Surface to Surface
Koshimizu investigates the substance of wood by sawing planks into different shapes, exposing their surface qualities through different kinds of repetitive cuts. Koshimizu was part of Mono Ha (School of Things), which reacted against the embrace of technology and visual trickery in mid-1960s Japanese art. They sought to understand the world as it is by exploring the essential properties of materials, often combining organic and industrial objects and processes.
Interesting patterns of woods. Creating a product by wood is maybe good for me because wood is easy to cut and carve like this art work.
(left) Figure(Nyanga) 1959-60
Elm on plywood base
The sculpture appears to represent a human head, heroic in stature and proportion, and emblematic of the universality of suffering.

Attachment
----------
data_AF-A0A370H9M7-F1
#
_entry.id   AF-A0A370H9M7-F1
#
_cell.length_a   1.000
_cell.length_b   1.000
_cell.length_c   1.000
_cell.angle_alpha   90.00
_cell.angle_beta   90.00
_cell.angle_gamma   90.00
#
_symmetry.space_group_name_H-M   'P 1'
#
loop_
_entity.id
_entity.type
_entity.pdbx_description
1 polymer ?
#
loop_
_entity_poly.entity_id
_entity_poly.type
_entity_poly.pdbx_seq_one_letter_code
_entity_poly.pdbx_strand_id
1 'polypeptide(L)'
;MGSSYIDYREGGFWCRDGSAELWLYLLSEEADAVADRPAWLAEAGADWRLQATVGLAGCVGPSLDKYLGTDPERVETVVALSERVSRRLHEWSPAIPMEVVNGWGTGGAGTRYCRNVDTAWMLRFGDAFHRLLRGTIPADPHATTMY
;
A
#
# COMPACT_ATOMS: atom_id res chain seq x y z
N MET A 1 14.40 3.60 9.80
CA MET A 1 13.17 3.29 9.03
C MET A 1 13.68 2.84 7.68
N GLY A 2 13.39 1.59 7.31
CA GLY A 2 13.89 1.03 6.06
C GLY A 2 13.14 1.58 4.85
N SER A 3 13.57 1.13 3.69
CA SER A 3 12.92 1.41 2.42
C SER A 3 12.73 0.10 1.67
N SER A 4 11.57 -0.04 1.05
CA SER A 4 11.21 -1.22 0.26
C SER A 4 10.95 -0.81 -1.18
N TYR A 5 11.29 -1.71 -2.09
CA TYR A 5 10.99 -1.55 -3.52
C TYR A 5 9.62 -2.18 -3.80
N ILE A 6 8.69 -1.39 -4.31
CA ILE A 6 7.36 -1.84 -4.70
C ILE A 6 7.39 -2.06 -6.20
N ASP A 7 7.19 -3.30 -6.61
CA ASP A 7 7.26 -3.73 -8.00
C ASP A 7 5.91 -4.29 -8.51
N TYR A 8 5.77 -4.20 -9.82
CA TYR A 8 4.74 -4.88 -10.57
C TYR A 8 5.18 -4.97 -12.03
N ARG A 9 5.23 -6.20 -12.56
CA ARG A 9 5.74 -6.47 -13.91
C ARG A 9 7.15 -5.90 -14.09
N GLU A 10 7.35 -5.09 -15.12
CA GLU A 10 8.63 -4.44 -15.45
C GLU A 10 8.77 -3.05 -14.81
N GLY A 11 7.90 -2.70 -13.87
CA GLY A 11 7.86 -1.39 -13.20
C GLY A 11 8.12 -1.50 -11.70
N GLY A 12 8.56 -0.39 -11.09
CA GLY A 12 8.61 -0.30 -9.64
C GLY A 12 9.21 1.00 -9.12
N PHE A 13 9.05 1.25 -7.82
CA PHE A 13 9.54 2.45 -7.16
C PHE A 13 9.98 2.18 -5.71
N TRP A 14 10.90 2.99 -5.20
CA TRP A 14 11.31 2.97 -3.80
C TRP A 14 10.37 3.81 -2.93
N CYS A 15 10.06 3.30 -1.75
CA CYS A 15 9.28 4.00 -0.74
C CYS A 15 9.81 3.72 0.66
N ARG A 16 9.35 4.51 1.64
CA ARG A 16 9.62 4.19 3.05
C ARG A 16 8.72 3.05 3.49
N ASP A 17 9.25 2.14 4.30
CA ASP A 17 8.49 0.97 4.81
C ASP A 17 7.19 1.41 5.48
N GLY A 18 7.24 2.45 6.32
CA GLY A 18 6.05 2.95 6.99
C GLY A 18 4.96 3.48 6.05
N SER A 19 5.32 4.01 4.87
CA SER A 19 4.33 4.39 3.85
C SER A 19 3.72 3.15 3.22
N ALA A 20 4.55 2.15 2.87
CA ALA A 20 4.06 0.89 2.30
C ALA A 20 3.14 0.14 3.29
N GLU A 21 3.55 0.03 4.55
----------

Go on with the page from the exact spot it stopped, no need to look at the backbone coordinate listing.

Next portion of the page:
(right) Oval Sculpture
plaster on wooden base
Hepworth's abstract forms, which seem akin to caves and shells, were affected by the Cornish landscape. Her response to nature was not romantic or mystical but more firmly based on actual observation. Circles and spheres had dominated her work. These were replaced by ovals which gave her sculptures two centres rather than one, complicating their interior form.
I love her objects feels like dynamic and gentle. I think her sculptures are good for inspirations of the shapes of furnitures.
I very like his works, very playful and this simple line ,form and color catch the eyes of people also make interesting shadow.
These furnitures are interesting example that the designer inspired by art works of other artist.